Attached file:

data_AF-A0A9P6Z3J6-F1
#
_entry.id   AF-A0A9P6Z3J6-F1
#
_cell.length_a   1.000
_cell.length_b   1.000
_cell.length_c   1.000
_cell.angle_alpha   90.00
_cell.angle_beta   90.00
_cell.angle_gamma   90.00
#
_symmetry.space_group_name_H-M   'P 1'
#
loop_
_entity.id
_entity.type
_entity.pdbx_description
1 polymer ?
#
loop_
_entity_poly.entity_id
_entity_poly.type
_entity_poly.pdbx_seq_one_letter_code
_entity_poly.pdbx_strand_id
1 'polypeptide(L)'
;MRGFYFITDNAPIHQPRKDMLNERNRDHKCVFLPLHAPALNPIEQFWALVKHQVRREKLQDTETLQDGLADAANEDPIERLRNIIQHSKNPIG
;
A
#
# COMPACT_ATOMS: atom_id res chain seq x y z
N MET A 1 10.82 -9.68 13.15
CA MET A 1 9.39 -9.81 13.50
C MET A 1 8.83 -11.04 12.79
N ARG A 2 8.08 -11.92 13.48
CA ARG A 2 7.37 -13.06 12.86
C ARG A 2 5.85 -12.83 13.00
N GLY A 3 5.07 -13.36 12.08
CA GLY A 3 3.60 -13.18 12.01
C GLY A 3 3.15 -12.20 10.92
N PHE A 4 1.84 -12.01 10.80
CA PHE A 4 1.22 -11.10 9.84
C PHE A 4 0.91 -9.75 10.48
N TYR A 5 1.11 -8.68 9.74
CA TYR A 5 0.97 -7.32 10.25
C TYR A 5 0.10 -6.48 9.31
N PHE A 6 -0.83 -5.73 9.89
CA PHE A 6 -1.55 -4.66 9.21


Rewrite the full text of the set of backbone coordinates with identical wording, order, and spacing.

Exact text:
data_AF-A0A9P6Z3J6-F1
#
_entry.id   AF-A0A9P6Z3J6-F1
#
_cell.length_a   1.000
_cell.length_b   1.000
_cell.length_c   1.000
_cell.angle_alpha   90.00
_cell.angle_beta   90.00
_cell.angle_gamma   90.00
#
_symmetry.space_group_name_H-M   'P 1'
#
loop_
_entity.id
_entity.type
_entity.pdbx_description
1 polymer ?
#
loop_
_entity_poly.entity_id
_entity_poly.type
_entity_poly.pdbx_seq_one_letter_code
_entity_poly.pdbx_strand_id
1 'polypeptide(L)'
;MRGFYFITDNAPIHQPRKDMLNERNRDHKCVFLPLHAPALNPIEQFWALVKHQVRREKLQDTETLQDGLADAANEDPIERLRNIIQHSKNPIG
;
A
#
# COMPACT_ATOMS: atom_id res chain seq x y z
N MET A 1 10.82 -9.68 13.15
CA MET A 1 9.39 -9.81 13.50
C MET A 1 8.83 -11.04 12.79
N ARG A 2 8.08 -11.92 13.48
CA ARG A 2 7.37 -13.06 12.86
C ARG A 2 5.85 -12.83 13.00
N GLY A 3 5.07 -13.36 12.08
CA GLY A 3 3.60 -13.18 12.01
C GLY A 3 3.15 -12.20 10.92
N PHE A 4 1.84 -12.01 10.80
CA PHE A 4 1.22 -11.10 9.84
C PHE A 4 0.91 -9.75 10.48
N TYR A 5 1.11 -8.68 9.74
CA TYR A 5 0.97 -7.32 10.25
C TYR A 5 0.10 -6.48 9.31
N PHE A 6 -0.83 -5.73 9.89
CA PHE A 6 -1.55 -4.66 9.21